Bewitching Ghana's Children

Accra, Ghana - Her bones were broken, and she was sleeping in a blacked out room with goats and fowl. For eight years, young Augustina Ankomah never saw the sun rise nor set. She is an example of how some of Ghana's children can suffer from their family's unfounded belief in witchcraft.

While some towns and regions in Ghana accuse older women of possessing witchcraft, some also inflict it on the girl child.

Unknown to her family, Augustina had from birth suffered from Epilepsy; she became seriously sick at the age of six. Two years later, her father died.

She was accused of being the cause of her father's death. Her mother could no longer afford to send her to the hospital and native doctors for treatment, so she locked her up in an old hut where the animals were kept.

"My mother kept me in that hut because she said my sickness was infectious and I could infect it on my other siblings if I continued to live with them in the room. She said I was also a witch that was why after visiting various hospitals and herbalists I never got healed,"

Augustina, now 17, said. Many women and children go through this trauma when they suffer from long or strange illness.

Augustina now can neither walk nor talk well because for that long period she spent with the animals she never spoke with anyone or exercised her body by walking about.

Anytime she suffered an epileptic seizure, there was no one to attend to her. In fact, the only time she saw her mother was when she brought her something to eat and on the rare occasion she came to bath her.

It was Edith de Vos and Alhaji Issaka of the Baobab Children's Foundation who eventually freed Augustina from her torture two years ago. On a routine call to Augustina's village of Kissi, they learned of a girl who was being locked away in a hut. Issaka found her lying down with twisted limbs, unkempt hair, and broken bones.

"The only thing she did when I called out her name was to respond and raise her head which came along with her unkempt long hair.

She could not walk, talk clearly, she looked very pale, weak and paralyzed," said Issaka.

Ebenezer Aggrey, of the Commission for Human Rights and Justice (CHRAJ) in Cape Coast says that the belief in Witchcraft leads to many human rights violations like what happened to Augustina.

According to Aggrey, lack of education and lack of scientific understanding are the major contributing factors.

"We come from a society where for every mishap we become analytical. Causes must be found for everything that happens to us. Somebody must be blamed or reasons be given for something that happen to us or someone else," he thought.

Aggrey himself is currently working on the case of another young girl, Patience Arhin, 12, also from Kissi, who stopped showing up for her classes in early December, 2005.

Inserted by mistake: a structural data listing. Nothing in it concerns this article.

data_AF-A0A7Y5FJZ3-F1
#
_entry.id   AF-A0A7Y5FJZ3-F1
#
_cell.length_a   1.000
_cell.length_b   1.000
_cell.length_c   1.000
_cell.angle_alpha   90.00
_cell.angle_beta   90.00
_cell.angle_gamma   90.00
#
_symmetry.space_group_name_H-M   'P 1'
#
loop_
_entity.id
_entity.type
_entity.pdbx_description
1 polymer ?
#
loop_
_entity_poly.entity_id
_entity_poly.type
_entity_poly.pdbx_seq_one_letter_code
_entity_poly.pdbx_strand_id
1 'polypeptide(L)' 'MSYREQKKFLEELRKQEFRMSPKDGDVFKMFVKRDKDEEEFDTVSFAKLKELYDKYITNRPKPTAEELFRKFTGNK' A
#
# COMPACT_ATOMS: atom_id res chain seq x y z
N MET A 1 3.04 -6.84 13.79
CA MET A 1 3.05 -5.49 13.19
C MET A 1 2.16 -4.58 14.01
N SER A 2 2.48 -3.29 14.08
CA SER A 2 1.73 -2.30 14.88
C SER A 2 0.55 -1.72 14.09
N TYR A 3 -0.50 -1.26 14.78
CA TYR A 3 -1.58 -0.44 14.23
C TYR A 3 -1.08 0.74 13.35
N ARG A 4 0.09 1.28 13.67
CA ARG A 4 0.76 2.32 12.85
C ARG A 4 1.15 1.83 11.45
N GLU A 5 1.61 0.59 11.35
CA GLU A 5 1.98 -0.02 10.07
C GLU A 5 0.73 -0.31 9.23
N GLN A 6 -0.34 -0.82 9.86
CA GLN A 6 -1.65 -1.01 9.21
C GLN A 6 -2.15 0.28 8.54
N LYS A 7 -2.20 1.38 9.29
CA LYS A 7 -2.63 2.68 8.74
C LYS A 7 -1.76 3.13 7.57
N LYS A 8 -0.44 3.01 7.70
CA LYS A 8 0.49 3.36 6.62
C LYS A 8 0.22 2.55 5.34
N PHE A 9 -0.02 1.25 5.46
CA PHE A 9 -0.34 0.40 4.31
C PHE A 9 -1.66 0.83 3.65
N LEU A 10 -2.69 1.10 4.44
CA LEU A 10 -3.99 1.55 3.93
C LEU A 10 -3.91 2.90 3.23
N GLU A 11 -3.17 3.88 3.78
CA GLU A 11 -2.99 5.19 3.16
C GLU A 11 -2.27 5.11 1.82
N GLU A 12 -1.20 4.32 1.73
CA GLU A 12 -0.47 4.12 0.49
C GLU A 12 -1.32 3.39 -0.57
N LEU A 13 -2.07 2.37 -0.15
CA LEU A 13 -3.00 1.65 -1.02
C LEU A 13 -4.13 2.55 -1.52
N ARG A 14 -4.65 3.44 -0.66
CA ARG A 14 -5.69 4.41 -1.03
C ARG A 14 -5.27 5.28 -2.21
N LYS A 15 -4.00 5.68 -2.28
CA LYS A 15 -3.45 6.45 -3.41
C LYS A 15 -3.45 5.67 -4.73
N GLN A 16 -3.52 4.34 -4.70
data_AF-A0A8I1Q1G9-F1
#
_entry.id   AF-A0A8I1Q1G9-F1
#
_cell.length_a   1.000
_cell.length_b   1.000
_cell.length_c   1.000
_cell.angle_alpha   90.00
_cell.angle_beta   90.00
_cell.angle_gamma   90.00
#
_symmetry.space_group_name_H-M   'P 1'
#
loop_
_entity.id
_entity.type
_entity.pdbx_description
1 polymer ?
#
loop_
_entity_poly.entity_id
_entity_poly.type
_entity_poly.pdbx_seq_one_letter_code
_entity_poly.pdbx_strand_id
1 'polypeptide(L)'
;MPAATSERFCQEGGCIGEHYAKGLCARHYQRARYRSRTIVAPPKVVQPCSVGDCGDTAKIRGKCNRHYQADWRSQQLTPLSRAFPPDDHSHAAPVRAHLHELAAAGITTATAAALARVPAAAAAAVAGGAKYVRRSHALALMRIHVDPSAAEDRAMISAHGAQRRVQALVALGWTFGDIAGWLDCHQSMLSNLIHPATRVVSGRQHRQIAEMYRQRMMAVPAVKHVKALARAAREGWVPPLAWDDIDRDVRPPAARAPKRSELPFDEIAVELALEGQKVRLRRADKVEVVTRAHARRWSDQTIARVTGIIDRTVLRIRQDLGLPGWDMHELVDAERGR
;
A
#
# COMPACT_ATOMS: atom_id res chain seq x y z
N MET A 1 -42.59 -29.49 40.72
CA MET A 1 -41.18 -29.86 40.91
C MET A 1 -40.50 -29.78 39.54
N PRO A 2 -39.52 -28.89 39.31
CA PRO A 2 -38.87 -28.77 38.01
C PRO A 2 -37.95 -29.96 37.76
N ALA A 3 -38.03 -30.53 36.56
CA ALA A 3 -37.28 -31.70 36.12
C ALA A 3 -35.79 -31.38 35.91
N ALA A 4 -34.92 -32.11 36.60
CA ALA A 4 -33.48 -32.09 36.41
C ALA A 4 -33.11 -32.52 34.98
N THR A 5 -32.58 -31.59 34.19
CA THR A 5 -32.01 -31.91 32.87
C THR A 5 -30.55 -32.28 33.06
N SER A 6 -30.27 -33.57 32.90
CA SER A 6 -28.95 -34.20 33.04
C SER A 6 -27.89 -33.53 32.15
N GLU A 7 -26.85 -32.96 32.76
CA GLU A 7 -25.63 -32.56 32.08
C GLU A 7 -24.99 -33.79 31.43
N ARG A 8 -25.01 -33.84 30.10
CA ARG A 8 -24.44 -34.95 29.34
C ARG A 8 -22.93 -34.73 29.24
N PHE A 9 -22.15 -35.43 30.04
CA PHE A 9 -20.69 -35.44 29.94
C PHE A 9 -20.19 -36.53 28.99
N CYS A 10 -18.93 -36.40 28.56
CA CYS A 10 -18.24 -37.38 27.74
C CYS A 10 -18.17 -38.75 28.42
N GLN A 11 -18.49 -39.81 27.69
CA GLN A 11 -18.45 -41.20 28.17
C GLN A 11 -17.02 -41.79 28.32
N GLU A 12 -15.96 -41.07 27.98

Patience lived with her grandmother at that time.

Her grandmother had complained that she was not selling as well as she used to in her bread business, and claimed that her money was disappearing.

According to Patience, she over heard a man telling her grandmother that she and another girl in the house were possessed by witchcraft and held the key to people's prosperity in the village.

Her family, believing Patience was a witch, brought her to a prayer camp to pray for her. In addition to the prayers, the camp pastor caned her as a way of casting the witchcraft out of her.

"Whilst praying the girl told my grandmother and the pastor that I left my witchcraft behind at home and came to the church so as they prayed I possess nothing with me at that moment. The pastor and my grandmother dragged me outside and caned me. They also asked me to go home and bring it."

According to Issaka and the Baobab Children's Foundation who also went to the aid of Patience, she was dragged home four times to bring out the witchcraft and anytime they went and came back the other girl told them she had left it at home.

She was caned several times by the pastor and grandmother because her sister who 'confessed' they were witches told them she left her witchcraft behind at home anytime they got to the camp.

Aggrey said in communities where superstition and illiteracy are rampant, the belief in witchcraft is further perpetuated by those who claim to be Christian pastors and use the belief in witchcraft to give themselves a just cause.

CHRAJ took up the case when they realized there has been serious abuse of a child's human rights, and also violation of dignity which would make her suffer discrimination in her community.

They are also working out ways of inviting the pastor down for interrogation.

Aggrey went on to say that, when they went to speak with Patience, there was no way to prove that she is a witch, and that she was likely forced to the prayer camp, and into confession.

Aggrey said the commission is now aiming to meet with pastors in the region to educate them on the law because Patience pastor is not the only one casting out witchcraft.

"Formerly, it was the fetish priests and Malams who saw and cast out witches, but now it looks as if most of these pastors have taken out the work of these people. Many of the fetish priests and Malams do say this a lot," he pointed out.

He also spoke on the impact most of the movies on the screens as doing more harm than good to uneducated citizens.

He feels they always have to portray quick way of acquiring money or women performing dark crafts, and that these images have a great effect on people.

Aggrey knows though, that changing this belief will be difficult. "It needs much knowledge and time to break away with the past."